A Country Punk Liberty: Discovering Pondstock Music Festival, rural Nebraska’s lawless family reunion

[The following story exists as part of the 2017 Good Living Tour Storytelling Project thanks to presenting sponsor Nebraska Department of Economic Development, with generous support from Peter Kiewit Foundation, Nebraska Community Foundation, Humanities Nebraska, Nebraska Cultural Endowment, Pinnacle Bank, Nebraska Loves Public Schools, Union Pacific Railroad, Center for Rural Affairs, and the Nebraska Arts Council.]

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An answered prayer is a bank of clouds, or, barring that, a cold beer. By 3 p.m. under a wide open sky, the better bet is a sweating Busch Light in a camouflage can.

Like most Nebraska land, which remains relatively unspoiled by human interference, there are no trees at the 12th annual Pondstock, 30 miles west of McCook. You bring your own shade — Coleman canopy tents, tarps slung from the tops of RVs, even an open car door might serve —or make due with the slow-growing shadows cast by the lone stage and its twin soundbooth.

The weather, topping out just above 100 degrees Fahrenheit the weekend of June 8-10, is the music festival’s primary conductor. Leave rigid schedules to the setting sun and the weekend’s full moon. As for everything else, including the musicians and friends applying sunscreen 50 times a day and watching the sun float sluggishly toward the horizon, things move as needed and not a moment sooner. Pondstock runs on pond-time. Schedules are just moving targets in a game with no reward anyway. Meanwhile, there’s a bottomless cooler of light beer to pass the hours.

Two Pondstock goers sit at a picnic table near their camper at Lake Hedke

People sit around a cooler on the Pondstock soundbooth

Otherwise, have at it

We catch Vic Giron mingling with some musicians at the soundbooth before the day’s first act takes the stage (an hour or so after the promised timeslot). He’s a towering man with a thick dark beard, wire-frame glasses and a mostly-bald head, usually in a pair of denim overalls and a black T-shirt. His soft-spokenness might pass for reservation, were he not the weekend’s glue.

Vic is largely responsible for this small, lawless music festival in the pasture. He’s the guy every music-minded person between Grand Island and Colorado seems to know. He’s booking the bands and he’s the reason Hear Nebraska is here, after telling us about Pondstock just over a year ago.

I ask him where he thinks we should set up camp for the weekend and he gestures around, arms open with a shrug and a small grin.

“Wherever,” he says. It’s not uncaring, it’s just true. Do your thing.

Lake Hedke, the generously named stock pond that Pondstock calls home, sits in a small depression on the very southernmost reaches of the Nebraska Sandhills. So the stage, about like any you might find in dozens of bar-music venues around the state, except made out of planks and timber and with a roof, sits in a sort of stretched-out natural amphitheater. There are obvious places not to pitch your camp — between the stage and soundbooth, for instance. Or in the lowest part of the small valley where a creek wanders freely enough that the ground is likely a thick glue-muck. But otherwise, have at it.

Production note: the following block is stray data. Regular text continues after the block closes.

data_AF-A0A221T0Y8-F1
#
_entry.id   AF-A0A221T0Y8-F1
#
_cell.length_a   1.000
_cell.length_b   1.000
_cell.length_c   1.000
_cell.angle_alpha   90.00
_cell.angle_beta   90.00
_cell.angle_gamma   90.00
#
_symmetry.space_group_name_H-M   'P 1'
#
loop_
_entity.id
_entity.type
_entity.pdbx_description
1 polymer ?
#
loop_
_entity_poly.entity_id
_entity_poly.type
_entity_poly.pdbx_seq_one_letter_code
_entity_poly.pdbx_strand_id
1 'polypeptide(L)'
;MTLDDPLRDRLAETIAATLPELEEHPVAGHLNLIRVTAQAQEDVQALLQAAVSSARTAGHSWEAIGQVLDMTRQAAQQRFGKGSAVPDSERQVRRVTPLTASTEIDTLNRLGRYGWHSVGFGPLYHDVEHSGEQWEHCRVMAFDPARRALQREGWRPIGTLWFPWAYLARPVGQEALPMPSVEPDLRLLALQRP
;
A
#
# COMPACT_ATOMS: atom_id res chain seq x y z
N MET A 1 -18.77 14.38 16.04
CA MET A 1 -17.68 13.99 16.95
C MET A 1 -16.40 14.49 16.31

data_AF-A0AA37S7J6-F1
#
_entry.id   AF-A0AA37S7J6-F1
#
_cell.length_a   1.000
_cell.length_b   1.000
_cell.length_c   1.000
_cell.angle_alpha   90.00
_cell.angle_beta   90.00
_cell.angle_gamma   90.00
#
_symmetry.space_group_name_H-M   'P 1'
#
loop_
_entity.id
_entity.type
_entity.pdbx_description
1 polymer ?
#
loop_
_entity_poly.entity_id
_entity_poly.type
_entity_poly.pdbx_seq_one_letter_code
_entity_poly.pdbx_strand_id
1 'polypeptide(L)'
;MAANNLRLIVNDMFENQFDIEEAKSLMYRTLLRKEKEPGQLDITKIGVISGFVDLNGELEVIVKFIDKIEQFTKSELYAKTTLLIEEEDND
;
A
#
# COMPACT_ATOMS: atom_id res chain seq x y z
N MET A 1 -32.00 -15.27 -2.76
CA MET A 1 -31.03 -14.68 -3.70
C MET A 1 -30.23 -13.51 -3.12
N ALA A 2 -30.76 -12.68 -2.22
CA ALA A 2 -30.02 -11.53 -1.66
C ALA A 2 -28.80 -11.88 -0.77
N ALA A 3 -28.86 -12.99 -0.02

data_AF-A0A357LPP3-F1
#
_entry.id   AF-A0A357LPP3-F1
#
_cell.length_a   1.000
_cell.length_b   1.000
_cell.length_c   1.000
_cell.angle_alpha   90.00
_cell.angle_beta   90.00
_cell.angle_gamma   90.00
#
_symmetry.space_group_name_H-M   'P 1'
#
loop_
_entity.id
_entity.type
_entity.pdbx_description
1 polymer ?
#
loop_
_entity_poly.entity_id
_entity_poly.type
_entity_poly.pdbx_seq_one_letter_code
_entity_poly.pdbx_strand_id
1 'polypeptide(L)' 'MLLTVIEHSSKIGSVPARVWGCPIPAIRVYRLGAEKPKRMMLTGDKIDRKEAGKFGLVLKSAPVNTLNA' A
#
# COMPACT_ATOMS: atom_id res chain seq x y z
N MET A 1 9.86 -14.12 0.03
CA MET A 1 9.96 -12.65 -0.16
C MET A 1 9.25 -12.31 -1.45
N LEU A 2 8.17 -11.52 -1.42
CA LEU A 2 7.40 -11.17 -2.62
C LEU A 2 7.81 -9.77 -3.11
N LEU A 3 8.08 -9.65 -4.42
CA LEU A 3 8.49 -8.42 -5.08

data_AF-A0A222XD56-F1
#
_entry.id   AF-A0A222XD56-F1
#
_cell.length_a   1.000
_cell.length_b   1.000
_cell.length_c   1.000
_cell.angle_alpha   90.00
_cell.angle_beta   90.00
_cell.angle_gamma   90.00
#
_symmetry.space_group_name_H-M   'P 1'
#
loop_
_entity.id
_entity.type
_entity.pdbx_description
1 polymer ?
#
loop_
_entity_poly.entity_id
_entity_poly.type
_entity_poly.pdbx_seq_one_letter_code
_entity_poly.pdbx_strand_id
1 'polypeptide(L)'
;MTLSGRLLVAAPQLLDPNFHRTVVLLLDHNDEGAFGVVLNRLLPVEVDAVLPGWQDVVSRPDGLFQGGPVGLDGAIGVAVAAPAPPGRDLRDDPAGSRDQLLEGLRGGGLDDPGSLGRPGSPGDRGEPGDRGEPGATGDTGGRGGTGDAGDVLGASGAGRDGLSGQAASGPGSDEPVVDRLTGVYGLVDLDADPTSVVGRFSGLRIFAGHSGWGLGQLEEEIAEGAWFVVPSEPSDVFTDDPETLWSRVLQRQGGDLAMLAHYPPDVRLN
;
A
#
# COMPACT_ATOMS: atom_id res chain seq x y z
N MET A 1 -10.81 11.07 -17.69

Vic Giron performs as El Jefe at Pondstock

The “Camp Fuckin Fuck Yeah” crew sits around the fire Saturday, June 10 at Pondstock

The high plateaus and hill tops are a ring of RVs, parties well-versed in the Pondstock experience. At one, we find a smoker trailer which has been working on a whole hog all day long. Another boasts a massive tiedye banner, boldly proclaiming the name Camp Fuckin Fuck Yeah. Between these, and scattered about, are myriad tents and vehicles made for sleeping — even a pickup truck, its bed sealed off and outfitted with a window air conditioner. With a short walk, you don’t have to be told that, most days, Lake Hedke hosts cows, not music festivals. The evidence, laid flat, brown and dry in the tall grass, is plain.

Around 5, Alliance’s Tyler Smith, performing as Mr. Smith, takes the stage for a set of lonesome, protracted folks songs —three cans of PBR lined up like a to-do list.

“Anyone else still hungover from last night?” he asks.

Hangovers be-damned. Later, when Vic gives the order of the day, he says the Ditchrunners will take stage around 11 p.m. and then “St. Christopher until the sun comes up.”

Welcome to the family

Musically, Pondstock is so many things that the common denominator is difficult to suss out. It’s not intentionally casting a wide net, either, like some city-sponsored one-day festival hosting the least-offensive acts in town.

There is some sense of cohesive genre. We’ll see about a dozen one- and two-person acts that could loosely and equally qualify as country, folk or bluegrass. Omaha’s stoner metal Super Moon, playing late on Saturday night, is the festival’s only fully electric band. But across 20-plus acts — and, notably, few or no women in them — the root is more likely a shared set of values that’s hard to pin to any preconceived notion of subculture.

Among the 70 or so people, many of them on the festival’s bill, who stick around for the whole weekend, there’s a common refrain: 100 miles from the nearest town with 10,000 people, Pondstock is a community outside the lines. The community’s somewhat outsider-status is inextricable from its existence, and that helps explain both Pondstock’s longevity and its far-reaching sphere of influence.

Some make the annual trek to Lake Hedke from as far away as Oklahoma and Wisconsin; nearly none of these people live in what you would call a big city. They’re drawn here by a sense of rural-brand libertarianism. To wit, the only rules at Pondstock are no dogs and no glass bottles. Anything else within the realm of mutual respect is fair game and it’s proven again and again, as on Friday night during St. Christopher’s set when a bandmate jumps about 12 feet off the roof of the stage to the bare ground.